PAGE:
Former Manchester United winger Angel di Maria believes manager Louis van Gaal was to blame for his failure to live up to his potential at Old Trafford.Argentina international Di Maria joined the Red Devils from Real Madrid in the summer of 2014 for a then-British record fee of £59.7 million ($75m).But he struggled to perform on a consistent basis, contributing four goals and 12 assists in 32 appearances before departing for Paris Saint-Germain at the end of the 2014-15 campaign. Article continues below Editors’ Picks ‘There is no creativity’ – Can Solskjaer get Man Utd scoring freely again? ‘Everyone legged it on to the pitch!’ – How Foden went from Man City superfan to future superstar Emery out of jail – for now – as brilliant Pepe papers over Arsenal’s cracks What is Manchester United’s ownership situation and how would Kevin Glazer’s sale of shares affect the club? Di Maria, though, believes he could have offered so much more had Van Gaal, who was regularly criticised for his negative brand of football, allowed him to express himself further.”I only stayed for one year. It was not the best time of my career, or rather I was not allowed to spend my best time there,” he told France Bleu.”There were complications with the coach at the time.”But thank God, I was able to come to PSG and demonstrate again who I was.”Di Maria will return to Old Trafford with his PSG team-mates when the two sides meet in the last 16 of the Champions League.Despite being 13 points clear at the top of Ligue 1 and well on track to win a sixth French title in seven years, the Parc des Princes outfit have struggled to lay down a marker when it comes to their European performances.But, having come through a tough group containing Liverpool and Napoli, there is hope that Thomas Tuchel’s side have what it takes to challenge in Europe’s premier club competition.Di Maria, however, is wary of Man Utd’s upturn in form under Ole Gunnar Solskjaer, with the Norwegian interim manager winning all six of his matches in charge since replacing Jose Mourinho on the touchline.”We still have matches before facing Manchester,” he added. “They have changed with their new coach and they have not lost a match.”I think we started the year not so well in the Champions League, but we put the situation right and we finished top of the group.”It was complicated. Ever since the draw it was said that it would be difficult to reach the round of 16 and we were almost eliminated, but we played a big home game against Liverpool and also against Red Star Belgrade – two big, decisive matches to qualify.”Now, we must think of ourselves and nothing but ourselves. If we do things well, everything will be fine.”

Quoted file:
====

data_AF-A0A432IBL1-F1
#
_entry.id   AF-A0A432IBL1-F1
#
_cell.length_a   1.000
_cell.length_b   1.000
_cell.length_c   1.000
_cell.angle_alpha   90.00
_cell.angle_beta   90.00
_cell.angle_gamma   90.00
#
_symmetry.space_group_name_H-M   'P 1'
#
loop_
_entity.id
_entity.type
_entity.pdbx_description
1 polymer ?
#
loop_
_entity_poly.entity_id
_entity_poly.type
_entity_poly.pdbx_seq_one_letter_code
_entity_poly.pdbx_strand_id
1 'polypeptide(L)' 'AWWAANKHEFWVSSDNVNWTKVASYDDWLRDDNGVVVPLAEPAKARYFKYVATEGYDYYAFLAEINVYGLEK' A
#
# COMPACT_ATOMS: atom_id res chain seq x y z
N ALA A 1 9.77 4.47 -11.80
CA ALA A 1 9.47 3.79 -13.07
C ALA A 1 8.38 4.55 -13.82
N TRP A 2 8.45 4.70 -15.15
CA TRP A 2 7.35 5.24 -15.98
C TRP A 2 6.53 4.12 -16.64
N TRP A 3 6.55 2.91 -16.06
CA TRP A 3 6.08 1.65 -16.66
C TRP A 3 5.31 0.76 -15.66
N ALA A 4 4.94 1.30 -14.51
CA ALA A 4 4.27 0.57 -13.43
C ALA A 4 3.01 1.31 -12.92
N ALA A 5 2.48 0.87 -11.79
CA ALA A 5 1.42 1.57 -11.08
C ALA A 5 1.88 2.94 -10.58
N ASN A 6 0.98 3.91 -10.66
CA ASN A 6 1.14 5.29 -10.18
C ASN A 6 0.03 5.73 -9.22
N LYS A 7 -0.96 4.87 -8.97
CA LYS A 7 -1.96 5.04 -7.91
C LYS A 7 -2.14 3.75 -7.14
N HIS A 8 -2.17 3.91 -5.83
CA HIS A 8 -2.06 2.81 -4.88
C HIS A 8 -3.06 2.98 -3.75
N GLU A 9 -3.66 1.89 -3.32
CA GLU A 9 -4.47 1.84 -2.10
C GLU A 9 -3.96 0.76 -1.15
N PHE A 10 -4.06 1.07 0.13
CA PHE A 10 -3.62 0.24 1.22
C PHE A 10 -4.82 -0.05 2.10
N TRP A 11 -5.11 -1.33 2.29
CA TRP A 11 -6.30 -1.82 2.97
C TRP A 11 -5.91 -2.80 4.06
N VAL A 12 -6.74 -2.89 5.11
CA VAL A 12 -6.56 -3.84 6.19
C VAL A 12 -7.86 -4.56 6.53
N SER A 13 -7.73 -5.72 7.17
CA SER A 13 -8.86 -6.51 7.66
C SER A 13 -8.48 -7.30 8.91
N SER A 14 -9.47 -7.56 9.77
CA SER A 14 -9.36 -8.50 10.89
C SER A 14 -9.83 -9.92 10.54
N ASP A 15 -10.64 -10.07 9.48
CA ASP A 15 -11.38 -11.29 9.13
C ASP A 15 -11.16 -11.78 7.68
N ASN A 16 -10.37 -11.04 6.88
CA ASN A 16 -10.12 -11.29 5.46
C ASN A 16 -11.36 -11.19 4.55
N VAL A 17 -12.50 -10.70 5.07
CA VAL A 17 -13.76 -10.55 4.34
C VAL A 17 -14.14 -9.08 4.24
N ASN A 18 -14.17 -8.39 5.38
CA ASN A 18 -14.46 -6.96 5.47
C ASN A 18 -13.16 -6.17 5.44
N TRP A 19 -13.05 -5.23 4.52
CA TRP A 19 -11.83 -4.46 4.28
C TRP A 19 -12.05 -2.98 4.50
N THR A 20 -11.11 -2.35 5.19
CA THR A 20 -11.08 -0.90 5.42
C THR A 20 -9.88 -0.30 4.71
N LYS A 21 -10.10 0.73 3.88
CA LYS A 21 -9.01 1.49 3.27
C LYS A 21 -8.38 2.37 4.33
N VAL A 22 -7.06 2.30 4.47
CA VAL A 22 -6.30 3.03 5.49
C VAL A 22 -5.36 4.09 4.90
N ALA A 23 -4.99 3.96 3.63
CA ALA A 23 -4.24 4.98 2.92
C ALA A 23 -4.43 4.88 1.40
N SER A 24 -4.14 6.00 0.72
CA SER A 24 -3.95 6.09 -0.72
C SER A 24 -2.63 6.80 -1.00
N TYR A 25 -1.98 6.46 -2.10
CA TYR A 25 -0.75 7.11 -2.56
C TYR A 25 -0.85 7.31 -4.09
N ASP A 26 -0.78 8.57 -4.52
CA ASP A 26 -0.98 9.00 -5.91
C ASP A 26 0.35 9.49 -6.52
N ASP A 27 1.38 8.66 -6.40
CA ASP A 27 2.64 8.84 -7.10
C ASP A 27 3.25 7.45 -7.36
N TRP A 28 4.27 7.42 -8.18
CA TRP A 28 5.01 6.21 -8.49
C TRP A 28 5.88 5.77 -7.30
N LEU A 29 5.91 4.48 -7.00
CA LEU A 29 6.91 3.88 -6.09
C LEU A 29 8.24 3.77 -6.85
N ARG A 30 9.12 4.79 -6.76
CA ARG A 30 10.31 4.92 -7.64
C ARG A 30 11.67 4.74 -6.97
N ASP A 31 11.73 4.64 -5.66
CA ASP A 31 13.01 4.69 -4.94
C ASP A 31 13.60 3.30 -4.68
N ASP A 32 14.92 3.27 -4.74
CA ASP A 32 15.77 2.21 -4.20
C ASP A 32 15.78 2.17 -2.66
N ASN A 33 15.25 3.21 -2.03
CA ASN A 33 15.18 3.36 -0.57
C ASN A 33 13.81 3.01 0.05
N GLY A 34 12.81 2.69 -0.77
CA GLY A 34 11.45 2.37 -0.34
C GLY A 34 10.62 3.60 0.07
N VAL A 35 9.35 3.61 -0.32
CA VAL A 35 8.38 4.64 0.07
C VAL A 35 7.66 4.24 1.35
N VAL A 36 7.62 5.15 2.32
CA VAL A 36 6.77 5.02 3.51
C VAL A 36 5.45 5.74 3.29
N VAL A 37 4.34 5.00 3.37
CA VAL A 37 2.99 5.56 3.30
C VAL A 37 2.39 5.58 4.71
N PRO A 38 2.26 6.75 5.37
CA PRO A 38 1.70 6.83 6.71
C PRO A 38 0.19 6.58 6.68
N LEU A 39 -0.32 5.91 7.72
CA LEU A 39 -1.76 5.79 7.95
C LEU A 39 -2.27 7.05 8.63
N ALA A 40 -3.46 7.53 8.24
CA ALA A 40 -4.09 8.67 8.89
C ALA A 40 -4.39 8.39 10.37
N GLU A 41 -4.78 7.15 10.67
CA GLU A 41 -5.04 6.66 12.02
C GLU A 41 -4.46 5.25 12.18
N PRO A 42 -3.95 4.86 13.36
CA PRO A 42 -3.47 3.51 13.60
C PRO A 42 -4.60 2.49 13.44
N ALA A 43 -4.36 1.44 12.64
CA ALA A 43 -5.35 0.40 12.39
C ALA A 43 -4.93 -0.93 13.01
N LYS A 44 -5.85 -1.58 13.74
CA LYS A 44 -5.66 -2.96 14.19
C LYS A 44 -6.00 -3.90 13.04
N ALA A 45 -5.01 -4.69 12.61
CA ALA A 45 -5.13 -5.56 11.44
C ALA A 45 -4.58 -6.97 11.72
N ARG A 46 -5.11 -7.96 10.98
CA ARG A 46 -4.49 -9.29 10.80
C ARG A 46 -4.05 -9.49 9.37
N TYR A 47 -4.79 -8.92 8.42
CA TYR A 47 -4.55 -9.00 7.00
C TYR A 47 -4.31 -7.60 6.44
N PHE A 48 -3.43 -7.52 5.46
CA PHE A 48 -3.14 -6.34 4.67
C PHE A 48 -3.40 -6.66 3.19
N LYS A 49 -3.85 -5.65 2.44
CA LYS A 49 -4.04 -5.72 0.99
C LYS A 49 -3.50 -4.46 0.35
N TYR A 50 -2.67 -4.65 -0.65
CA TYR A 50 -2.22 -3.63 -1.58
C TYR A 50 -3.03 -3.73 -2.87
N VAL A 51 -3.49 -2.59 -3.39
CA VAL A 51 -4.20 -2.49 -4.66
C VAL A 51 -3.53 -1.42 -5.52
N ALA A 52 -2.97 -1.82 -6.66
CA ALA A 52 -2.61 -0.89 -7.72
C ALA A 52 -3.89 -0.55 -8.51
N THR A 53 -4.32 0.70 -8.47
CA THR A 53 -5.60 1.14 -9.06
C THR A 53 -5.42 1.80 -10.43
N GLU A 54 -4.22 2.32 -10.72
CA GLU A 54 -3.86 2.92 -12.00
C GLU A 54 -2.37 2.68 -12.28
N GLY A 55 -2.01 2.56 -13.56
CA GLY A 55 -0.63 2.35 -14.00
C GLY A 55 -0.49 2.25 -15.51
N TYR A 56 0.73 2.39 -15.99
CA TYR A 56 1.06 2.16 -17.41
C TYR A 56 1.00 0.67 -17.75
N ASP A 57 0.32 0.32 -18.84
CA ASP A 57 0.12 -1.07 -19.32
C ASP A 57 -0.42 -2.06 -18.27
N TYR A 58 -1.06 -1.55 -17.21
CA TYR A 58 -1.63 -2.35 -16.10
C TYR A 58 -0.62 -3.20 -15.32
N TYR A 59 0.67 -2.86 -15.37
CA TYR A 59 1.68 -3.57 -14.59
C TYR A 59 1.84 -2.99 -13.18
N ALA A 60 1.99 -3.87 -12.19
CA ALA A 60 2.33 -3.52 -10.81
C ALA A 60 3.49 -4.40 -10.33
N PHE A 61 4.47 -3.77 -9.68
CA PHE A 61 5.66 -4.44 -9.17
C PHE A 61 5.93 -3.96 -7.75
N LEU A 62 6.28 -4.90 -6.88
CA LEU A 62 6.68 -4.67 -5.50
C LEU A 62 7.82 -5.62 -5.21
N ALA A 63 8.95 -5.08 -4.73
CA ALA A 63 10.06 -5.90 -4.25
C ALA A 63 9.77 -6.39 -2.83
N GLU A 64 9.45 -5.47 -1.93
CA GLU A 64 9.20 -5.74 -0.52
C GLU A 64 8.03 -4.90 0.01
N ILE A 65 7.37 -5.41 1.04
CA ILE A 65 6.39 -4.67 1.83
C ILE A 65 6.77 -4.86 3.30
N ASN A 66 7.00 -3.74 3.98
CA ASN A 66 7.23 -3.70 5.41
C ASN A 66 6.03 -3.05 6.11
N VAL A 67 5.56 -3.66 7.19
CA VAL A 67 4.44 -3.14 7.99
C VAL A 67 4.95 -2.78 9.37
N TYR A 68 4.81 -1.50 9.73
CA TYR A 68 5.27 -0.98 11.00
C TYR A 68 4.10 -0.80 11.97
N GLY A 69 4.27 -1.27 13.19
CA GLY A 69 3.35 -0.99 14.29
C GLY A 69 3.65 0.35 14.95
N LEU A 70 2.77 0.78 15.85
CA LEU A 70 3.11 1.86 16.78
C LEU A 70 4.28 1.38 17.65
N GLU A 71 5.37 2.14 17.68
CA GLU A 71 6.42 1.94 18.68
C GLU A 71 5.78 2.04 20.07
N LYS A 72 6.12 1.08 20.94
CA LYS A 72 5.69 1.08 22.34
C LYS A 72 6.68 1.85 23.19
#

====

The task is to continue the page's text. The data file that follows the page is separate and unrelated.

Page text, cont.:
“We need to get more girls involved in information and communications technology,” Hamadoun Touré, the Secretary-General of the International Telecommunications Union (ITU), told members of the European Parliament in Geneva in a speech about the need to address the growing imbalance in the technology sector.The event was one of more than 1,300 organized in 100 countries this year to raise awareness about women’s contributions to the technology industry and to promote tech careers to a new generation of girls with an interest in science and math.Among the events around the world, in the Dominican Republic, el Instituto Dominicano de las Telecomunicaciones (INDOTEL) gathered nearly 400 girls aged 12 to 17 to motivate them to enter into technological careers. A national government policy has been established to create universities and training centres for women in those fields. In Cairo, Cisco offices invited girls to participate in a real-time connection with other girls in Jordan and Morocco to learn about the uses of communication technology and get them interested in working in these fields. At the American University of Armenia, approximately 100 schools were connected remotely in a live forum in which school-aged girls can ask questions of senior women role models. In Kampala, Uganda, girls visited with representatives from top managers in telecommunications companies and power companies who sought to encourage them to apply for such jobs, while high school girls in Nairobi, Kenya, heard from successful women about their paths to professional careers in technology. Meanwhile, in Suriname, officials worked to introduce computer technology to girls with visual and hearing impairments. Also this year, ITU’s Special Envoy for Women and Girls, actor and advocate Geena Davis, praised the Day as “important in engaging and inspiring girls to explore careers in technology.” Since 2010, the “Girls in ICT Day” is observed on the fourth Thursday of April every year to promote gender equality and the empowerment of women through the use of ICTs. It results from a resolution adopted at ITU’s Plenipotentiary Conference in Guadalajara, Mexico, in 2010. Under the resolution, ITU pledged to incorporate a gender perspective in the implementation of all its programmes and plans, following which the Global Network of Women in ICT was established.The network is designed to encourage girls and young women to choose technology careers by providing mentoring resources, high-profile role models and toolkits that help national authorities and organizations promote technology careers to women. It is supported by ITU’s Telecommunication Development Bureau (BDT), which, through its Gender Unit, is working on a range of strategies to use ICT to improve the livelihood of women worldwide.